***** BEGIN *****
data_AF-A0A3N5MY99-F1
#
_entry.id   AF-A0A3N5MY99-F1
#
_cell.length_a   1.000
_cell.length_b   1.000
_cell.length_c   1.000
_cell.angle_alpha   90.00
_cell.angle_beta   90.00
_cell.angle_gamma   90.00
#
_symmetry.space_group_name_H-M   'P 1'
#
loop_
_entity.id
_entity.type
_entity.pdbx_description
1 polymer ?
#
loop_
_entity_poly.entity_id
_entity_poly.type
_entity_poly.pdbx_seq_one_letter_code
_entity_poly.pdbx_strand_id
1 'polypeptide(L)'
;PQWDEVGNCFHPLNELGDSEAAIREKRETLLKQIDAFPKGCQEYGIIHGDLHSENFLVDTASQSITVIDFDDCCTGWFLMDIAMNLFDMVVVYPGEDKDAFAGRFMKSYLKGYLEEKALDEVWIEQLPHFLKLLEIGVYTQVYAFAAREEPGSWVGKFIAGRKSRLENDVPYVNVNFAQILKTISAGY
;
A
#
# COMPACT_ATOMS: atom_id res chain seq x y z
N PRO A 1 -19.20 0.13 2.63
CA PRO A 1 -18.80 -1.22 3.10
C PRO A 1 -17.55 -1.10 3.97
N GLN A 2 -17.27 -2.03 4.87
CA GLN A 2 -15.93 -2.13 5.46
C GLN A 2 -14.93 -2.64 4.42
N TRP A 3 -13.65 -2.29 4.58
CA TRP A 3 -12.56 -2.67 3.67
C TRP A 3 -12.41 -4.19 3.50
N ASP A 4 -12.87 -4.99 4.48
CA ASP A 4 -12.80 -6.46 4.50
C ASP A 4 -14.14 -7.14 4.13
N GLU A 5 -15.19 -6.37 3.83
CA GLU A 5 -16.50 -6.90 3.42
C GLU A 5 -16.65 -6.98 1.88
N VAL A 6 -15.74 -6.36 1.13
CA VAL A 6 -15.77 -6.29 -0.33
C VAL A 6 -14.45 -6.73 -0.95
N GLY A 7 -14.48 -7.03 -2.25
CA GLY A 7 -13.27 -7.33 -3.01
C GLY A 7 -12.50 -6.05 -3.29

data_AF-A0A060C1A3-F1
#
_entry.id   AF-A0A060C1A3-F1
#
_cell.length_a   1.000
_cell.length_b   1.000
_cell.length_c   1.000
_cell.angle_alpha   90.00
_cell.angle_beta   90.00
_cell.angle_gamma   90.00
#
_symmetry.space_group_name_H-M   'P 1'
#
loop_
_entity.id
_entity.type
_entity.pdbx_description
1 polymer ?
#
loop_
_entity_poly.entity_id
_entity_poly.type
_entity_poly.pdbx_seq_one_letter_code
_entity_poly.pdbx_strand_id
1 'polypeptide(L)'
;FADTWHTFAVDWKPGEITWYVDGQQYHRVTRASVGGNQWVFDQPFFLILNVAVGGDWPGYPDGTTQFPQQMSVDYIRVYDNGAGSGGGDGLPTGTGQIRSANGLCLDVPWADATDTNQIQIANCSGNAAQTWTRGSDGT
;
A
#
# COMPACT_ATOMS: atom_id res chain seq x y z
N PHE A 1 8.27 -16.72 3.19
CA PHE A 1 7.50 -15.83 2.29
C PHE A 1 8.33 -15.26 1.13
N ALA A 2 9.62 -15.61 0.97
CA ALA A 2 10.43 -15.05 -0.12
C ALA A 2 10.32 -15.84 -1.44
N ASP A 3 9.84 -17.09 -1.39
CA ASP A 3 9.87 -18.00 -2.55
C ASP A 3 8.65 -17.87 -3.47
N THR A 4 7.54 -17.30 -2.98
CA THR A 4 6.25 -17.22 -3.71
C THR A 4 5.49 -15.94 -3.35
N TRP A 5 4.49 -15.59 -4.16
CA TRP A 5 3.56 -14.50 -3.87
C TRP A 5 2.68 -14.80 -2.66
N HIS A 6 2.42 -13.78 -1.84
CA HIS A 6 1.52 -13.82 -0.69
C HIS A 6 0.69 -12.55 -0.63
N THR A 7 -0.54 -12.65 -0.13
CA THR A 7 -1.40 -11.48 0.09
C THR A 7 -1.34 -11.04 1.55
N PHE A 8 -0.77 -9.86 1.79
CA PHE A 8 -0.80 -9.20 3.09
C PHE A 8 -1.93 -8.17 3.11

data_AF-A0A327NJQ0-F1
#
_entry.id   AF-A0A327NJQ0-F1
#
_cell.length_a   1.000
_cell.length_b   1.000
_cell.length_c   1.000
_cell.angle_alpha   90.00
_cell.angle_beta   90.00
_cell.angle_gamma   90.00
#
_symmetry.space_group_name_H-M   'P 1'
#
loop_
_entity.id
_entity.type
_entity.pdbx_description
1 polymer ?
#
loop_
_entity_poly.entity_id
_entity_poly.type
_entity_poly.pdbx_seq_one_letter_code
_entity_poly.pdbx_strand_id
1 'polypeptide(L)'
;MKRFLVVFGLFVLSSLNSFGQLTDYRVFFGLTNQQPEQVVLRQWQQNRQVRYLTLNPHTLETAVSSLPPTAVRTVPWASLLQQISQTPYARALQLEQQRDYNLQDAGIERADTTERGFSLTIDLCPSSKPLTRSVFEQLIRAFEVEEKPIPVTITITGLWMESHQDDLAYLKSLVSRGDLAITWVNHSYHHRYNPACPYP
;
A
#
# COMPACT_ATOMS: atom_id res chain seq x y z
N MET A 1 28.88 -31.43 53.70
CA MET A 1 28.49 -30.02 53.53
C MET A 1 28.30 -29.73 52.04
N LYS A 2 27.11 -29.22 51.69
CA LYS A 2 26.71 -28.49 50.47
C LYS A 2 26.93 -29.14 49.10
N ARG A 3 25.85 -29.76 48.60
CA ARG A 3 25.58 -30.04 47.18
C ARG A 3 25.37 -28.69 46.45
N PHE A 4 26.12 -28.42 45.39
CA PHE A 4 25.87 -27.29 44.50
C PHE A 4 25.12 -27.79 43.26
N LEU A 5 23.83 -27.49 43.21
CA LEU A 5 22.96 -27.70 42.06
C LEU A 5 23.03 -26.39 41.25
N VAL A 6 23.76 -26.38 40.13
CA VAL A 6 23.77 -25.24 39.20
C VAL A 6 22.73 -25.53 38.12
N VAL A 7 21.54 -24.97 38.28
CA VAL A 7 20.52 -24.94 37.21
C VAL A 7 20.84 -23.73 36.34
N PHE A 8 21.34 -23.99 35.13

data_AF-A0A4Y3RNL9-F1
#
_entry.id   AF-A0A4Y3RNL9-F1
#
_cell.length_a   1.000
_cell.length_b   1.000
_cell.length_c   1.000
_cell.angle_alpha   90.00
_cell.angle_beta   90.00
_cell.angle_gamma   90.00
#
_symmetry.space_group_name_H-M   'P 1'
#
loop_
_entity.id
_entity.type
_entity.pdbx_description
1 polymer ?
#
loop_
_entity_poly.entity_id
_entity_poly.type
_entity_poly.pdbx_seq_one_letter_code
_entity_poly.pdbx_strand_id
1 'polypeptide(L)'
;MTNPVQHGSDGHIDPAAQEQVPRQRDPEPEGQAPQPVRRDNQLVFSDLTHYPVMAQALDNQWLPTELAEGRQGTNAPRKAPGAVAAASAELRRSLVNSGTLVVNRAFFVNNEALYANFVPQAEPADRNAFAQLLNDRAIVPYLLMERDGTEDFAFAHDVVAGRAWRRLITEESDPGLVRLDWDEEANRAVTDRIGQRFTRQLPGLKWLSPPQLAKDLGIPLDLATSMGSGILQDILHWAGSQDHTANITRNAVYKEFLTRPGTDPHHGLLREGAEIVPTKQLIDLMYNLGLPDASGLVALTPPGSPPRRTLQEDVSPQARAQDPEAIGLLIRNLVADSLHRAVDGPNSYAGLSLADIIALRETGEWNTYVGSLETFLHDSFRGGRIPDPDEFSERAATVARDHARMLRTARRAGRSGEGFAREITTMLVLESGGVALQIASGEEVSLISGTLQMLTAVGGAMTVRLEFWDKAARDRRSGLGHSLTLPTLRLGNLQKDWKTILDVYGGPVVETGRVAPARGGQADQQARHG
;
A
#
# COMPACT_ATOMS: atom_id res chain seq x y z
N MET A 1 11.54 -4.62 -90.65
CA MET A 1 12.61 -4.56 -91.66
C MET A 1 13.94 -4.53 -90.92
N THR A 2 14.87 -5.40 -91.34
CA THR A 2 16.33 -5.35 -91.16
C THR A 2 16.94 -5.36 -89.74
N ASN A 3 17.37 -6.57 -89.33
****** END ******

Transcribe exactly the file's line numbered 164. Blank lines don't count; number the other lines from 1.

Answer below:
_cell.length_c   1.000